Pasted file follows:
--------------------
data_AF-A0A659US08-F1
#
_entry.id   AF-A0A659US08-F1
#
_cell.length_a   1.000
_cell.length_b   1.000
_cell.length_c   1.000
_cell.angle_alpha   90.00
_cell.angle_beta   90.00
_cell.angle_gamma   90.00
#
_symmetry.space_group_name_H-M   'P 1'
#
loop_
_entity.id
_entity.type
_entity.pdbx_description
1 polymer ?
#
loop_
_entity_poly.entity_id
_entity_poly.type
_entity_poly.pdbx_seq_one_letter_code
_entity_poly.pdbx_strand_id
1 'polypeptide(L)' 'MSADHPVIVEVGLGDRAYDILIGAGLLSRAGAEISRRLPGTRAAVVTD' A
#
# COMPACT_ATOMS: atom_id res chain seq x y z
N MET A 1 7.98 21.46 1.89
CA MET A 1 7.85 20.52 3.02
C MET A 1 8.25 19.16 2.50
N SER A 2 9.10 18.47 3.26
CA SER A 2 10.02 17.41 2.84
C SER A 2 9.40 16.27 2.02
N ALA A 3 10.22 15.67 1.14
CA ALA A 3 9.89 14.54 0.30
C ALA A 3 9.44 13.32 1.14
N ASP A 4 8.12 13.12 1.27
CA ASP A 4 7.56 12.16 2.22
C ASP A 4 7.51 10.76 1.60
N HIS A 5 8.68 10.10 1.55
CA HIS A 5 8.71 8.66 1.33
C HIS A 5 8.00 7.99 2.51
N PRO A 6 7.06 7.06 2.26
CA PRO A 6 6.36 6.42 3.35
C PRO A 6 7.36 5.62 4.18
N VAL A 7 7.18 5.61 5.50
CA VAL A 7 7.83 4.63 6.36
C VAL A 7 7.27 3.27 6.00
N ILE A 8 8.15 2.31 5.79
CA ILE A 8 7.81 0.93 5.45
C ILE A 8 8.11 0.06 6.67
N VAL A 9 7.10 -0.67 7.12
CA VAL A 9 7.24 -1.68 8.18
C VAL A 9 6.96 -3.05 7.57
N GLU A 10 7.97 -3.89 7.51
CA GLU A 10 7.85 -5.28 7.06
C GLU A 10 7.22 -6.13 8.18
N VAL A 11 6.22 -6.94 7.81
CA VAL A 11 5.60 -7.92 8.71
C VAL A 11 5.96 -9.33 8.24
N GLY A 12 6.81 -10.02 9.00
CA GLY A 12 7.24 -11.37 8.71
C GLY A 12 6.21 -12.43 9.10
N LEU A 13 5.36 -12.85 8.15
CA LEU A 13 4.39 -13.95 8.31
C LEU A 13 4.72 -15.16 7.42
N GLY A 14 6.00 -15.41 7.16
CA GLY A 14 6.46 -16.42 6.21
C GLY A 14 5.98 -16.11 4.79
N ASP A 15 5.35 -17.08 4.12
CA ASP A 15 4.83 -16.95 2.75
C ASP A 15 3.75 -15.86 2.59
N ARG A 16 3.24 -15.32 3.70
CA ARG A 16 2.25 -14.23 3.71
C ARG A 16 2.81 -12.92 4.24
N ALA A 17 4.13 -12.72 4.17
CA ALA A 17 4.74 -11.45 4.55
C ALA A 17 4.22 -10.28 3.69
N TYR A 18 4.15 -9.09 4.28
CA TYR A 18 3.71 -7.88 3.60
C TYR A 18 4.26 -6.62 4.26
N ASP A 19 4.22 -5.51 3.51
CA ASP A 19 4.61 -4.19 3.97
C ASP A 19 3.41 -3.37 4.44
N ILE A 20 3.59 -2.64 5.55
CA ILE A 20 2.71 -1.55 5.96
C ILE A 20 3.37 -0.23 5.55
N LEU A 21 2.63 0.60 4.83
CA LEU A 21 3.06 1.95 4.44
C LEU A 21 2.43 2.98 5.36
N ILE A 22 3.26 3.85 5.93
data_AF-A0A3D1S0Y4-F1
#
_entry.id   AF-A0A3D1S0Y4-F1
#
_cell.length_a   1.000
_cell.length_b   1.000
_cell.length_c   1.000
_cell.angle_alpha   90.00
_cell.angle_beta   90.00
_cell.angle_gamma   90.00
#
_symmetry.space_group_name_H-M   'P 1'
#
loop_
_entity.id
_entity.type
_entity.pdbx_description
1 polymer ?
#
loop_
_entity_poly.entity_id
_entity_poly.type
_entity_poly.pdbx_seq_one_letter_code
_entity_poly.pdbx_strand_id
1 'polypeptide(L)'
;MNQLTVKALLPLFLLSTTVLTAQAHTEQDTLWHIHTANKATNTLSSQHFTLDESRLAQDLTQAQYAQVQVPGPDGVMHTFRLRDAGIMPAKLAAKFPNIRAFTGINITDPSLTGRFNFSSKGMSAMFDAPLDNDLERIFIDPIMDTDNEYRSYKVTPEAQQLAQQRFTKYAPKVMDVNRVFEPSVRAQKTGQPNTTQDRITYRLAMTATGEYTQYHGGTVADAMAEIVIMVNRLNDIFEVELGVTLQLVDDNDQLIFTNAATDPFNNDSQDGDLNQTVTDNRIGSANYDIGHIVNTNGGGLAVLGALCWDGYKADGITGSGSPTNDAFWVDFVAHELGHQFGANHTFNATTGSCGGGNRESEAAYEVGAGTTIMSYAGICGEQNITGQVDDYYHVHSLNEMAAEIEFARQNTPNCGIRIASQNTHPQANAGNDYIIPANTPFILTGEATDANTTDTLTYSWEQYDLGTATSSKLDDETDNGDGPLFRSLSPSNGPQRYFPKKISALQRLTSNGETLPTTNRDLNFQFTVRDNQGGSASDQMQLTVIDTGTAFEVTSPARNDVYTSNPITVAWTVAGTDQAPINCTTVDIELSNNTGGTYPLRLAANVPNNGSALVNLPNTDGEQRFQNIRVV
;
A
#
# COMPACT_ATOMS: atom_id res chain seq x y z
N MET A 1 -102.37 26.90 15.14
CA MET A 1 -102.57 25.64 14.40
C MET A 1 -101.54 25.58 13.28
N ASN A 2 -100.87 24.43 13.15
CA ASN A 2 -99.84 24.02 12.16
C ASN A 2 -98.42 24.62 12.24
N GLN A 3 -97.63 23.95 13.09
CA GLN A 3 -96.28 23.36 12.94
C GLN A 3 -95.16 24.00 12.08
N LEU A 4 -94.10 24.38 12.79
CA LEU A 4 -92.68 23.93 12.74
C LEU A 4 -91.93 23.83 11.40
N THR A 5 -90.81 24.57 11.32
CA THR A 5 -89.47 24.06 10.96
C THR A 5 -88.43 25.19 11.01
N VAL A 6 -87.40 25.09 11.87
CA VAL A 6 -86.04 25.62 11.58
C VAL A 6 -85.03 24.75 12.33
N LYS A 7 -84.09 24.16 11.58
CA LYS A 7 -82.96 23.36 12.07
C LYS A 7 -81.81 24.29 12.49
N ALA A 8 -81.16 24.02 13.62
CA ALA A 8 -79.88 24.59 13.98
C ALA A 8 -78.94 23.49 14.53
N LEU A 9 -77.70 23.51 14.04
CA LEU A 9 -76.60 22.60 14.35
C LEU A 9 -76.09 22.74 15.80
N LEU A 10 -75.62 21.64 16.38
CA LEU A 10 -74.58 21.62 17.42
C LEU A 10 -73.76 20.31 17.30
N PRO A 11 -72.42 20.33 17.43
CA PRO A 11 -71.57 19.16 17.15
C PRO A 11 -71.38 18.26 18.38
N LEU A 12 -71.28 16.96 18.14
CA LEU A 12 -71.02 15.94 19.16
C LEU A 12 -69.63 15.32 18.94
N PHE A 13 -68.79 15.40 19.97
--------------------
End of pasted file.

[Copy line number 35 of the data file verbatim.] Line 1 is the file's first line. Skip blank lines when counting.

CA ALA A 3 9.89 14.54 0.30